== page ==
As an atheist, I am unable really to understand the deep prejudices that religious people feel toward one another, and I find the idea that from conception, a child belongs to a faith for life no matter what they go on to think or learn, frankly disgusting.

No doubt the issue of religion will remain centre stage in the ongoing election campaign. I sincerely hope that whoever wins (and by Jupiter it had better not be Huckabee) they will be pragmatic enough in office to resist the concerted attempts by the religious right to turn a nation founded on secular values into a Christian version of Saudi Arabia. If this happens, no god can save us from armageddon.

Follow the link in the title for The Times' coverage of this story.

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The Road to Rationalism pt 3.2

In part 3.1 I attempted to show that all of the world's religions provided us with pre-scientific explanations for the existence of the Universe, and that the acquisition of knowledge through the process of science has revealed all of them to be false.

It was my premise to suggest that explanations for the existence of the Universe (or at least the relevant religion's corner of it) form the core of any religion; we cannot doubt that any dedicated believer of one of the Abrahamic religions, for example, must believe the creation stories told by genesis to be true.

A reader was kind enough to take the time to comment on my post, casting doubt on my conjecture that the primary role of religion is to explain the world around us. He said:

"I think the trouble with this sort of analysis is that it makes certain unexamined assumptions about what religion is "meant to do". In particular, you assume that it's role is to somehow "explain" things in the world, in the same way that science does, but of course, much worse."

He goes on to say that although religions do have "cosmogenies associated with them" these explanations are most likely secondary considerations, and that we should view the ritualism (sacrificing goats, to take my favourite example) of religion as the primary function.

I am happy to concede that this may be the case, and would be happier still if the reader could cite any of the "lots of evidence to the contrary" to which he alludes.

I must disagree with the main point of his argument though, which is to suggest that since explanations are only a secondary consideration and not the primary function, my fundamental argument that religious explanations are inferior to scientific ones is somehow weakened...

"I bring these points up because I don't [doubt?] that the phenomenology and anthropology of religion and religious experience at all support the "explanatory" theory about primitive religion: and thus the implications that follow from this sort of theory are also suspect."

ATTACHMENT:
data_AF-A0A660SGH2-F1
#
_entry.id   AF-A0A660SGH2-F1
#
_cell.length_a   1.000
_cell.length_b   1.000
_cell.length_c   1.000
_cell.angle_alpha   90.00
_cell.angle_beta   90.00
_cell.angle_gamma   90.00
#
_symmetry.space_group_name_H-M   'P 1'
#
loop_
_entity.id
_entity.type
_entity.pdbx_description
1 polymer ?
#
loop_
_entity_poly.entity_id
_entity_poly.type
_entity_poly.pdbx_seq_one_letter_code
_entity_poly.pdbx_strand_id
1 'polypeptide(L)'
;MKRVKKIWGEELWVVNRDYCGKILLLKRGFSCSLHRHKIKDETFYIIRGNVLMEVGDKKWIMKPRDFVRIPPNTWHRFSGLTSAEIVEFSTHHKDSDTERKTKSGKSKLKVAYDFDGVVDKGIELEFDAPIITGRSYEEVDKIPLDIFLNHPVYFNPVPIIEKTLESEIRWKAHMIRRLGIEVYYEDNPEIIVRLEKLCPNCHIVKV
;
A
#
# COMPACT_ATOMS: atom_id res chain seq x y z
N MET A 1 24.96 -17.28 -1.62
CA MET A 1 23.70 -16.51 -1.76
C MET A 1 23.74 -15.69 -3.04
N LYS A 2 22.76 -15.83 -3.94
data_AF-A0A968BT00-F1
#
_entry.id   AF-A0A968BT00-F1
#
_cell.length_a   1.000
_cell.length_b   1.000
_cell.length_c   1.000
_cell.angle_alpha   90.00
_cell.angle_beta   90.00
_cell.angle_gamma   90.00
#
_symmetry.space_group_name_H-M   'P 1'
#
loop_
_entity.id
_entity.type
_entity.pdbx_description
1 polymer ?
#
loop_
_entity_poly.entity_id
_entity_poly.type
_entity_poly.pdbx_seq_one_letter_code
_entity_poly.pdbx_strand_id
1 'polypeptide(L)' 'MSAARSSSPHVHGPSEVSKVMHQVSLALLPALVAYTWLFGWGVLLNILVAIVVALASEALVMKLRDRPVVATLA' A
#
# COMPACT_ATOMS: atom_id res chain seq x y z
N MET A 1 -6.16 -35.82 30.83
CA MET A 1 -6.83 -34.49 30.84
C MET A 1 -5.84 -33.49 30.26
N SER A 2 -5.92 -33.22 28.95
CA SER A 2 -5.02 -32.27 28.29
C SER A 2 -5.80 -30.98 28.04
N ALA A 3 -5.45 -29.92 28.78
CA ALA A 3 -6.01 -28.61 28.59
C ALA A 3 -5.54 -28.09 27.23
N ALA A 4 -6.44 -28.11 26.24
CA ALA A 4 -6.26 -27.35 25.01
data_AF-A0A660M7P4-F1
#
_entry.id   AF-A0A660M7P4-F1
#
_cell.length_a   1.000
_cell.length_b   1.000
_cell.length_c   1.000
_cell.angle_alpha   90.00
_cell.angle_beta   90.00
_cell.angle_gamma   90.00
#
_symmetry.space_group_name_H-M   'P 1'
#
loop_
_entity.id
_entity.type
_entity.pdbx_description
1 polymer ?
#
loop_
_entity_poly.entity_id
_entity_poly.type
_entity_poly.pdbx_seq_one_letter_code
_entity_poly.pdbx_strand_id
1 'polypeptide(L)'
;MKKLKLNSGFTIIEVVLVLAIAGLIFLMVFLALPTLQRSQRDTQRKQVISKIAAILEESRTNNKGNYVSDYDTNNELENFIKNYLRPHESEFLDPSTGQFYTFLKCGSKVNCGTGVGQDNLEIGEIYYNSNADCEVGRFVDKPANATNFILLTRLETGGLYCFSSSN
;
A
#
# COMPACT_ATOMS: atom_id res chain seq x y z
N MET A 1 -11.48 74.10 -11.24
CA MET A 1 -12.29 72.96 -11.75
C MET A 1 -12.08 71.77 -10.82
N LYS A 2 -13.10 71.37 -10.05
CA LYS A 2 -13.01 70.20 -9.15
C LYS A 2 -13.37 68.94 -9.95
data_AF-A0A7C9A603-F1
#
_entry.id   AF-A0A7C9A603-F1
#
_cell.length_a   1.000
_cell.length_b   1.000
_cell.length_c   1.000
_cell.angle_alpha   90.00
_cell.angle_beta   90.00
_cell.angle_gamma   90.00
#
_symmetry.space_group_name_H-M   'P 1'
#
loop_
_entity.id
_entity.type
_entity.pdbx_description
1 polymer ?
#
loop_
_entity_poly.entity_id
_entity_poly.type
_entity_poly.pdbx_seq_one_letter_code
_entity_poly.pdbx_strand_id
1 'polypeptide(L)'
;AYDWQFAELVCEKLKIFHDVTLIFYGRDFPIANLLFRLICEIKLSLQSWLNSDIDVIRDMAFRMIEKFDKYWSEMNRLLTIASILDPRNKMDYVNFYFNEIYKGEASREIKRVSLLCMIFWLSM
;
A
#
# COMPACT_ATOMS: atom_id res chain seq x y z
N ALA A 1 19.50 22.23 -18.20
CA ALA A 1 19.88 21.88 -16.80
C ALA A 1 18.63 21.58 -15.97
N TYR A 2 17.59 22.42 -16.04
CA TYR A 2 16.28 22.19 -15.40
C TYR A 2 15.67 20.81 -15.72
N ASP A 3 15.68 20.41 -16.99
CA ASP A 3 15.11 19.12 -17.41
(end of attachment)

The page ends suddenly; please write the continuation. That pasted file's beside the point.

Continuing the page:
The 'implications' of course being the main premise behind my Road to Rationalism posts - that all religions teach evident falsehoods to be true, and require their followers to believe in unscientific, unsubstantiated nonsense to the exclusion of all evidence to the contrary.

As I said in my reply

"The main thrust of your argument appears to be: 'explanation is not the primary role of religion, as you have suggested, therefore comparing the validity of explanations put forward by religion to that of scientific explanations is suspect.' I strongly dispute this argument, if that is indeed what you are suggesting, for the fairly obvious reason that it doesn't matter whether the founder of a religion invented the story, or whether the stories were set in stone much later by an organised church; what actually matters is the truth value of the explanation put forward.

We live in a world where the vast majority of people accept that their religion's creation stories are true.

Tell them that their explantions are only secondary roles in their religions, and see how far you get."

I look forward to continuing this debate.

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Infidelity discovered - by both partners!

An absolute gem of a comic/tragic story from my paper yesterday that I hope you'll all enjoy. Nothing to do with religion at all but it's too funny to let it pass...

The game is up
Warsaw A Polish man visiting a brothel discovered that his wife was one of the prostitutes. She had told her husband she was working at a store. "I was dumbfounded" he said. The couple, married for 14 years, are divorcing. (Reuters)


Do any of you have humorous stories like this to share? Contact me and I'll link to your site in a post.